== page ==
Encryption effectively allows you to password-protect your files. The encryption key functions as a password, which must be entered before your data becomes readable. If someone doesn’t have the encryption key, the files will appear as random gibberish. This is useful when storing financial information and other sensitive data or transmitting it online — email is insecure, so you shouldn’t send sensitive documents over email. There are other ways to password-protect your files, such as password-protecting a USB stick or encrypting your hard drive. For more tips on securing your files with encryption, read:

encrypt files cloud


Password-Protecting Your OS and BIOS

Websites and files aren’t the only things that can be password-protected. Securing your operating system with a password will ensure that other people can’t easily gain access. You can also password-protect your computer’s BIOS to prevent people from changing its settings or booting unauthorized operating systems from USB sticks, CDs, and DVDs.

how to password protect computer

Recovering Lost Passwords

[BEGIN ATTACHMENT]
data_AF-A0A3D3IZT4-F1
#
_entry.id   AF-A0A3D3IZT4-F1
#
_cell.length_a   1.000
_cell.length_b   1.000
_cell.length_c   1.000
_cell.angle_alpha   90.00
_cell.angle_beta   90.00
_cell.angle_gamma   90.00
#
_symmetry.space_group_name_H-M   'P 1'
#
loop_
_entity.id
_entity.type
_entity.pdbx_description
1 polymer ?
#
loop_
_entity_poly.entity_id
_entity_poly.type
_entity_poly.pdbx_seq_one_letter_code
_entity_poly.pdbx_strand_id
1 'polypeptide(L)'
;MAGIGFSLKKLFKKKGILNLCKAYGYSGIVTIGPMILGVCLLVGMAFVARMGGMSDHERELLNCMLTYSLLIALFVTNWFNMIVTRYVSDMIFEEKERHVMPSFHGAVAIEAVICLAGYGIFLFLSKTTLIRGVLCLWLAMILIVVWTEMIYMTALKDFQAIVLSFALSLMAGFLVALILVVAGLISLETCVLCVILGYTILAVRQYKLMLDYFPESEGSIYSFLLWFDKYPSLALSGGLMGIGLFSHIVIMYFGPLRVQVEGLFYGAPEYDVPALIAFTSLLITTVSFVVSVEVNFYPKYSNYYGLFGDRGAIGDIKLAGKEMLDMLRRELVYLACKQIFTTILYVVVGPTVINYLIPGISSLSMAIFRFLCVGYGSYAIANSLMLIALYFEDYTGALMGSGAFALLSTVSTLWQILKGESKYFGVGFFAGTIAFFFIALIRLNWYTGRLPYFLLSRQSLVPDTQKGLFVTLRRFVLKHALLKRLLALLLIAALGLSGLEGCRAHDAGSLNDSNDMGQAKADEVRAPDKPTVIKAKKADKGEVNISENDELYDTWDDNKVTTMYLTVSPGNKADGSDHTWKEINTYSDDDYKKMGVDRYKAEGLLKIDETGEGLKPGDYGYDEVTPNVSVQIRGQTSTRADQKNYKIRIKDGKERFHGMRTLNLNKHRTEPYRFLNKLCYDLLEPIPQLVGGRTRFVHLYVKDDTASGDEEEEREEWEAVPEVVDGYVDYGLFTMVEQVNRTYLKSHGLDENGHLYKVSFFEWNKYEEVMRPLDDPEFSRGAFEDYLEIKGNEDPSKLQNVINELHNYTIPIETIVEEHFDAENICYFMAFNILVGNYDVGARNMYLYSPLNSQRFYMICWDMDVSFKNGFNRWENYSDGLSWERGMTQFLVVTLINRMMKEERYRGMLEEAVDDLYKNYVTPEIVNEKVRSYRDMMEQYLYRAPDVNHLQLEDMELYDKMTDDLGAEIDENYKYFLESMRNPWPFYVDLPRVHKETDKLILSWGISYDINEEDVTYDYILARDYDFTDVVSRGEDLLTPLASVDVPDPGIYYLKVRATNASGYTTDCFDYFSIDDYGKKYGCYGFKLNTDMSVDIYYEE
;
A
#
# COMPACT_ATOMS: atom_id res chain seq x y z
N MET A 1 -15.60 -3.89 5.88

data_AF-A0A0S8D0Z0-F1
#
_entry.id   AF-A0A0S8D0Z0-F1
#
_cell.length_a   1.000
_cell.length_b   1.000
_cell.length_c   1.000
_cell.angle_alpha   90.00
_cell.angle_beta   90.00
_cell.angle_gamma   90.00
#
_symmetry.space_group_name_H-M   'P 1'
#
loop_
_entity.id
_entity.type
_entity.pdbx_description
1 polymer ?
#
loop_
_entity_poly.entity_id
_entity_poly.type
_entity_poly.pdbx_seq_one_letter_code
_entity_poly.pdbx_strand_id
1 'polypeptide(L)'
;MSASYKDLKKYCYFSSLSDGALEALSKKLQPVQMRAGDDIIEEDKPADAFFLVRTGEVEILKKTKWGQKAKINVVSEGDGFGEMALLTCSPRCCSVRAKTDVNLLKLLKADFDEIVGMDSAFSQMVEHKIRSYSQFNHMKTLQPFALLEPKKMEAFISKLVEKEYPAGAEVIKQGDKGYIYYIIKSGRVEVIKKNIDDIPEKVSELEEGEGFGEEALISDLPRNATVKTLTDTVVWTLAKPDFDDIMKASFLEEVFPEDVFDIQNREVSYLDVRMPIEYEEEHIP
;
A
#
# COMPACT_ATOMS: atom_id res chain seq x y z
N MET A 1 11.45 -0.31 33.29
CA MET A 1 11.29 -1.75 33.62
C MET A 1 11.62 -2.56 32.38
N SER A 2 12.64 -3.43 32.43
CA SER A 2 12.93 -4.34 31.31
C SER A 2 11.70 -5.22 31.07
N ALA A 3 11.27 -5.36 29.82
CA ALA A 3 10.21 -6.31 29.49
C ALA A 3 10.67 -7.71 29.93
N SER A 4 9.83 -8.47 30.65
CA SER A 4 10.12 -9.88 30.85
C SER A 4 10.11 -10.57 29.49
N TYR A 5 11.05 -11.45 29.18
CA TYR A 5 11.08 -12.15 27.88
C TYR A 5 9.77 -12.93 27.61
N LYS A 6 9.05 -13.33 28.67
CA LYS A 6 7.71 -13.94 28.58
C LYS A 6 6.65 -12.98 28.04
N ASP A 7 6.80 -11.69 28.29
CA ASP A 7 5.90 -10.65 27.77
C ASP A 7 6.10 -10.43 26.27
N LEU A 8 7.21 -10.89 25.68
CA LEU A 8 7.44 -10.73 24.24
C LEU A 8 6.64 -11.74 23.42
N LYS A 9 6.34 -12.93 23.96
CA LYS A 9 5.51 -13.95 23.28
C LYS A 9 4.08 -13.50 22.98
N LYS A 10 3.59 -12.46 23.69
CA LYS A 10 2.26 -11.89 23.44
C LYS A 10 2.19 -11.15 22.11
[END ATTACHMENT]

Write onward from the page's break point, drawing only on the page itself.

If you’ve forgotten a password, you aren’t necessarily out of luck. There are ways to recover or reset lost passwords, so you can log into your computer or web account. Note that you can’t recover a password for encrypted data — the password functions as a key, and you can’t unlock the encryption without that key. If you lose your encryption password, your files won’t be accessible.



Alternatives to Passwords

Passwords can be inconvenient. People are constantly looking for easier ways to log into devices and services. From pattern locks and picture passwords to security mechanisms that rely on capturing a photo, scanning a fingerprint, or using Bluetooth, you can log into your devices in other ways:

change windows 8 password

Do you have any other password-related tips or tricks to share with us and your fellow readers? Leave a comment below!

Image Credit: Password Strength comic by XKCD


Related topics: Online Security, Password.

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  1. Tony
    September 24, 2013 at 7:59 am

    Thanks for your informative article! I am using KeePass to keep my online logins. But there is not a program to store the Windows login password, except writing down it on paper. Luckily there is a program called PCUnlocker which can help me remove forgotten OS password when I forgot it.

  2. Matt Acton
    July 28, 2013 at 8:30 am

    I wrote up a guide for how I tend to generate a secure password. Some might fund it useful to provide inspiration for their passwords. I have often wondered though if that was the same method used to come up with Welsh place names! :-)

    +1 for LastPass too

    July 27, 2013 at 3:23 am


  4. Ben Freeman, J.D.
    July 25, 2013 at 5:30 pm

    Ya' can't beat Last Pass!!! The best; and free!!!

  5. Chris H